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. Last Updated: 07/27/2016

Ballet World Celebrates Pyotr Pestov With Gala

© Custodian Holding Limited / Courtesy of The Novoye Rozhdeniye Iskusstva FundDancers are coming from around the world to honor their former teacher.

Pyotr Pestov is little known outside of the world inhabited by dance professionals. But within that world he is a revered figure who, as a teacher for nearly five decades, has trained a host of prominent male dancers and exerted enormous influence on dance style and, indirectly, on choreography as they are seen today on stages throughout the world.

Pestov celebrated his 80th birthday in February of last year, and two months later a gala was presented in his honor in New York City, featuring three of his most distinguished former pupils, Bolshoi Theater premier danseur Nikolai Tsiskaridze, former Bolshoi ballet artistic director Alexei Ratmansky and star dancer, as well as artistic director, of the Berlin State Ballet, Vladimir

Malakhov.

The Bolshoi followed suit in January with a hastily organized and rather routine evening in Pestov’s honor. On Monday, the Stanislavsky and Nemirovich-Danchenko Musical Theater is due to pay him what looks to be a much more impressive tribute, in a gala performance that clearly focuses the spotlight on dancing and choreography by Pestov pupils, past and present, from Russia, Germany, the United States and Japan. In the audience, to receive the tribute, will be the master himself.

Pestov’s fundamental training as a dancer took place during World War II in Perm, which was then something of a Russian ballet Mecca, as the wartime refuge of Leningrad’s Kirov (now Mariinsky) Theater. He went on to dance in Perm and later in Novosibirsk, but abandoned the stage in 1958 to train in Moscow for a career in teaching, which he eventually pursued for more than 30 years at the Bolshoi’s training school, now known as the Moscow Choreographic Academy. His pupils there included, in addition to Ratmansky, four other of the last six artistic directors of the Bolshoi’s ballet company — Vyacheslav Gordeyev, Alexander Bogatyrev and Alexei Fadeyechev, who occupied the post in rather quick succession during the latter half of the 1990s, and the present incumbent, Yury Burlaka — as well as Malakhov, Bolshoi dancers Tsiskaridze, Vladimir Neporozhny and Andrei Bolotin and the San Francisco Ballet’s Yury Posokhov.

In 1996, Pestov was invited to join the faculty of the Stuttgart Ballet’s John Cranko School, a major training institution named in honor of the great South African-born choreographer who brought the Stuttgart Ballet to worldwide prominence in the decade before his death in 1973. At age 81, he remains there today, as a full-time teacher.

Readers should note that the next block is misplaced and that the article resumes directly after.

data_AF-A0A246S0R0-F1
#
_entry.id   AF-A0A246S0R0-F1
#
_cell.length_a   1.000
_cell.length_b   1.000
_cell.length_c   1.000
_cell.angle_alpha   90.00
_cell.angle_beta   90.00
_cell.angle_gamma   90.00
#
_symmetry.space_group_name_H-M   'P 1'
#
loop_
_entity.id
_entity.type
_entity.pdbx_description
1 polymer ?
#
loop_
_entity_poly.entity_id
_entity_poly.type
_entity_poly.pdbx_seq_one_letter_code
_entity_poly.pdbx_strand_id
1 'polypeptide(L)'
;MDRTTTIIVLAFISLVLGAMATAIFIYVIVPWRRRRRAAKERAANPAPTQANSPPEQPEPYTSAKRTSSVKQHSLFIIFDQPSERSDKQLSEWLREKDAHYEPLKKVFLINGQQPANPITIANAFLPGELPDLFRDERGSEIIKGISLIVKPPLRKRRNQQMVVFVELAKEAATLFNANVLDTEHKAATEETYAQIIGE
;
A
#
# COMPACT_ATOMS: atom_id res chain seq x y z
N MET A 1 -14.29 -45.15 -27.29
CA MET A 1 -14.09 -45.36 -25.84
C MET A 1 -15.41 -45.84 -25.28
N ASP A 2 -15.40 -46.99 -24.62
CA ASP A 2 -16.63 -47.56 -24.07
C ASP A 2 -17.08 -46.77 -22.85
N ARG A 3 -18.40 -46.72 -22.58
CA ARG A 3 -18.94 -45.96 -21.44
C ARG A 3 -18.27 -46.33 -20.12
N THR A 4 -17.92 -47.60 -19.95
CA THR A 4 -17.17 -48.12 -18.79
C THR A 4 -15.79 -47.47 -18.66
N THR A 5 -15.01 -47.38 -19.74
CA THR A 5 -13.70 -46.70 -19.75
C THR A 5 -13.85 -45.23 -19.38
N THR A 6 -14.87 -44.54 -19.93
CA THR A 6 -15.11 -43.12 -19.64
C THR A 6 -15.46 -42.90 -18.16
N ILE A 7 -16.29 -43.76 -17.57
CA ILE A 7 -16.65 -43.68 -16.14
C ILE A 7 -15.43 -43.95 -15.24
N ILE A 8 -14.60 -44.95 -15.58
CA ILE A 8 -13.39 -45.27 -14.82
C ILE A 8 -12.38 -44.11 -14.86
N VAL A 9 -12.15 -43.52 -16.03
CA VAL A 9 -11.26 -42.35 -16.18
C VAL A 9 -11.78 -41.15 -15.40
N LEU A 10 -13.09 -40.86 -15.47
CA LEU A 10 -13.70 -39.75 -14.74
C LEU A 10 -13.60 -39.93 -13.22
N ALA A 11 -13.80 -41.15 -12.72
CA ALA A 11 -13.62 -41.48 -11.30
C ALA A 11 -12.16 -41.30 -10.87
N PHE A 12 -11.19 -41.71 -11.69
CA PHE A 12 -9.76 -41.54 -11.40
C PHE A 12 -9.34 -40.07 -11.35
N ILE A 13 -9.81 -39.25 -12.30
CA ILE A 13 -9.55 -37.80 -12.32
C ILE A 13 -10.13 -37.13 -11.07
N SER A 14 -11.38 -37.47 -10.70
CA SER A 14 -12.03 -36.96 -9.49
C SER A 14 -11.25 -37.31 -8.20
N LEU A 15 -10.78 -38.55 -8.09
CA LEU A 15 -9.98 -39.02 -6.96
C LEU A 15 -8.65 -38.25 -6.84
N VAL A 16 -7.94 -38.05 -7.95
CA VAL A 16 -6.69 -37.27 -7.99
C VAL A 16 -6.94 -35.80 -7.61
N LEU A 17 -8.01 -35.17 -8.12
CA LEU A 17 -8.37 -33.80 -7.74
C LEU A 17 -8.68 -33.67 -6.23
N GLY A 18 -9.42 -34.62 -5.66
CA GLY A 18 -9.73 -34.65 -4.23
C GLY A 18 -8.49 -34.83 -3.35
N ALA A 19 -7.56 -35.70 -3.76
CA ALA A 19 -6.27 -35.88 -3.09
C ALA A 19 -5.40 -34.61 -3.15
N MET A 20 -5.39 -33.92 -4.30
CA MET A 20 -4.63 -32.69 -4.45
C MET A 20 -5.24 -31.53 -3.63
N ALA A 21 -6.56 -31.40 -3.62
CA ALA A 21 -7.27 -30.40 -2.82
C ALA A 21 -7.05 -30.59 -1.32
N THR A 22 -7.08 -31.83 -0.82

At last year’s New York gala honoring Pestov, Ratmansky praised Peskov’s teaching for the “elegance, musicality and solid discipline” that it instills in his students. When asked a few months later, in an interview for the American publication Dance Magazine, what it was that he valued most in a dancer, Peskov himself cited “musicality.” “Regardless of your physical movement,” he said, “you must understand that even in silence your body must create musical accents.”

Monday’s gala is due to present no less than 24 dance numbers, performed by dancers from the Stanislavsky and Nemirovich-Danchenko, the Bolshoi and the Mariinsky, joined from abroad by members of the Stuttgart Ballet, Berlin State Ballet, New York City Ballet and San Francisco Ballet, seven current Pestov pupils from the John Cranko School and a former Pestov pupil, 17-year-old Arata Miyagawa, from Japan.

The John Cranko School contingent will lead off the gala with what is simply titled “Class Concert of Pyotr Pestov.” Featured prominently on the program that follows will be choreography by Posokhov and Ratmansky — from the former, an excerpt from “Fusion,” to music of Prokofiev, recently created for the San Francisco Ballet, and from the later, the Adagio from the magical “Cinderella” he choreographed eight years ago for the Mariinsky, plus an excerpt from his superb Bolshoi resuscitation of Dmitry Shostakovich’s “Bolt.” Choreography by Gordeyev is also on the program in the duet titled “Tango.”

Among those scheduled to dance will be Peskov-trained Evan MacKie, with partner Anna Osadcenko, from the Stuttgart Ballet, and Malakhov and yet another one-time Peskov pupil, Mikhail Kaniskin, from the Berlin State Ballet. Also due to appear is Bolshoi prima ballerina Svetlana Zakharova, dancing the familiar “Dying Swan,” to music by Camille Saint-Saens, and an excerpt from a ballet created especially for her by the Spanish choreographer Nacho Duato.

Closing the program on Monday will be the pas de deux from the Bolshoi’s joint Ratmansky-Burlaka restoration of Boris Asafyev’s “The Flames of Paris,” in which the Bolshoi’s daredevil Ivan Vasilyev will partner with the San Francisco Ballet’s Maria Kochetkova.

“Pyotr Pestov Gala” is on Monday at 7 p.m. Stanislavsky and Nemirovich-Danchenko Musical Theater, 17 Bolshaya Dmitrovka. Metro Chekhovskaya. Tel. 650-3835, www.stanmus.ru.